This study describes the aluminum (Al) accumulation in relation to macronutrient and micronutri-ent elements in 19 Melastomataceae species in the Guayana Region in Venezuela. The purpose was to investigate the Al accumulation in four tribes and different life forms. Aluminum accumulation was predicted in the basal tribes Miconieae and Merianieae in contrast to the derived tribes and herbs from any tribe, which generally do not accumulate Al. The survey was done in a vegetation continuum, which includes a savanna shrubland, a palm-swamp community, and an evergreen forest in the Guayana region in southeastern Venezuela. The highest value of soil Al concentration was found in the savanna shrubland, where ten lignified Miconiae and one Meria-neae Al accumulators were present. At the forest, the site with highest soil acidity, four Al-accu-mulator tree species from Miconiae were found. Miconia lepidota showed similar Al foliar concentrations in the savanna shrubland and forest, but foliar Ca was lower in the forest, even though it was the site with highest Ca in the soil. At the palm-swamp community, the Melasto-meae shrub Macairea pachyphylla was found with an Al concentration of 0.59 gkg -1 in leaves and 0.16 g kg-1 in bark. At the same site, Al accumulation occurred in one Microlicieae species, one Miconieae species, and in the Melastomeae herbs Pterogastra divaricata (13.25 g[kg dry mass]-1) and Pterolepis trichotoma (17.83 gkg-1). The report of Al hyperaccumulation in P. tri-chotoma is new for the genus, and Al accumulation in herbs is considered exceptional. The foliar Al concentration was positively correlated (p < 0.005) with Fe (r = 0.64, n = 20) and Zn (r = 0.63). The analysis of the relationships between soil Al, Fe, or Zn and the concentrations of these elements in leaves revealed they were not significantly correlated. The results indicate Al hyperaccumulation in two herbaceous Melastoamataceae species and suggest Al accumulation in this life form deserves future research. However, they also confirm the highest number of Al accumulators in lignified species of the ancient tribe Miconiae (14 out of 19 species studied).©2010 WILEY-VCH Verlag GmbH & Co. KGaA, Weinheim.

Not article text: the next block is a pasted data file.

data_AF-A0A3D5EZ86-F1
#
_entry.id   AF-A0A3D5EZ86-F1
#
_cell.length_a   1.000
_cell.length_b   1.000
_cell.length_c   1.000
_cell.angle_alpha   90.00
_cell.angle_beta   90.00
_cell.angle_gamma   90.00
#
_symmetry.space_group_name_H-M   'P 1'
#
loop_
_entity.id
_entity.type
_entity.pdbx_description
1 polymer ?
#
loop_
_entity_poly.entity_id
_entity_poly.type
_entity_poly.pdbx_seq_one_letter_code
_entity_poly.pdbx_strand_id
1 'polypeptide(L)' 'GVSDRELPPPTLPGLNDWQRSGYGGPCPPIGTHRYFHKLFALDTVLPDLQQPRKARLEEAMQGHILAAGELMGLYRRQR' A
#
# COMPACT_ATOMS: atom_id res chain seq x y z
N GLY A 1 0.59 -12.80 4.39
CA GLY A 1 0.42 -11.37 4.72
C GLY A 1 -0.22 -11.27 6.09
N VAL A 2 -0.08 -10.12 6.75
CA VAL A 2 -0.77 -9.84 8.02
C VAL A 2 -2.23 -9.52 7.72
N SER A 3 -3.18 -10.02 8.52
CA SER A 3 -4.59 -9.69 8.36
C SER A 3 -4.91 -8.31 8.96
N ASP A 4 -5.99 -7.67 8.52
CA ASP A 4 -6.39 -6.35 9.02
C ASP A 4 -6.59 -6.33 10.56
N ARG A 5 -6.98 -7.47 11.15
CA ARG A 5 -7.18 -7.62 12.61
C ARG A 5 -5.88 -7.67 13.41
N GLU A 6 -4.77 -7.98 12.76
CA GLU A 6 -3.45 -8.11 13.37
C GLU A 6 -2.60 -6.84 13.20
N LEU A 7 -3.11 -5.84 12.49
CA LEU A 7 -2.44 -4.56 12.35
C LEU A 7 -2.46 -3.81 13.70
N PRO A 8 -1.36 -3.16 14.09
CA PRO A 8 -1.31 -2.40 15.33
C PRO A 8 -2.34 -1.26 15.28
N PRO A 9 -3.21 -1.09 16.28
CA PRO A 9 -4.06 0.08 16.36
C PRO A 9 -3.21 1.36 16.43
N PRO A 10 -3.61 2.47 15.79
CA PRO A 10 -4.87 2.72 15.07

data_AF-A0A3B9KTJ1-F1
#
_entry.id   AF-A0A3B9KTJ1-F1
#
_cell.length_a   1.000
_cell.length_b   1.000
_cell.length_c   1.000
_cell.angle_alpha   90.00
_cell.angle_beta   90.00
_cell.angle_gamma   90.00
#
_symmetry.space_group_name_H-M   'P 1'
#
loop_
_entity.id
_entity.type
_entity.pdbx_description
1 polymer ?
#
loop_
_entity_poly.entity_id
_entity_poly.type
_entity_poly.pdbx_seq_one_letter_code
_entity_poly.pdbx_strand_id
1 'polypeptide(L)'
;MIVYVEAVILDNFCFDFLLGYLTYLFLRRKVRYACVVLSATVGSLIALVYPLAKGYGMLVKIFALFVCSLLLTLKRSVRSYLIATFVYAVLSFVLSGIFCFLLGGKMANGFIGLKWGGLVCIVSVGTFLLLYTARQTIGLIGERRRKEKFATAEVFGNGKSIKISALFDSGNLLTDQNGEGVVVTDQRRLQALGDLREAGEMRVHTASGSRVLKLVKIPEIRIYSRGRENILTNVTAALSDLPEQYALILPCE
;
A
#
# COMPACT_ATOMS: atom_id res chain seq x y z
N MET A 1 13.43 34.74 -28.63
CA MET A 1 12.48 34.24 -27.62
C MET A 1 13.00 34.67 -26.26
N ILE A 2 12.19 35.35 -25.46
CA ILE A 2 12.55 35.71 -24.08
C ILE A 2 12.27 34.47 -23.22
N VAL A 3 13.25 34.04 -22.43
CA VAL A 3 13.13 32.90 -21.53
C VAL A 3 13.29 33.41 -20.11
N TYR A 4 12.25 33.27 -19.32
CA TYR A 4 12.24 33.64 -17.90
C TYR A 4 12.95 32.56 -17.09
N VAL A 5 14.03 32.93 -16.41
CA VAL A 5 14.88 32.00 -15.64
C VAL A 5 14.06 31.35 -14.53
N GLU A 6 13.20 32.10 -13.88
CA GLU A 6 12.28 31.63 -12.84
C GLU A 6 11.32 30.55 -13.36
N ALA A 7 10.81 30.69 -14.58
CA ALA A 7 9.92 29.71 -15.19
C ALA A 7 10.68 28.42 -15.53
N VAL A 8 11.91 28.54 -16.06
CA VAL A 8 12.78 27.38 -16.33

Salerno P.E.,University of Texas at Austin | Salerno P.E.,Pontifical Catholic University of Ecuador | Ron S.R.,Pontifical Catholic University of Ecuador | Senaris J.C.,Museo de Historia Natural La Salle | And 3 more authors.
Evolution | Year: 2012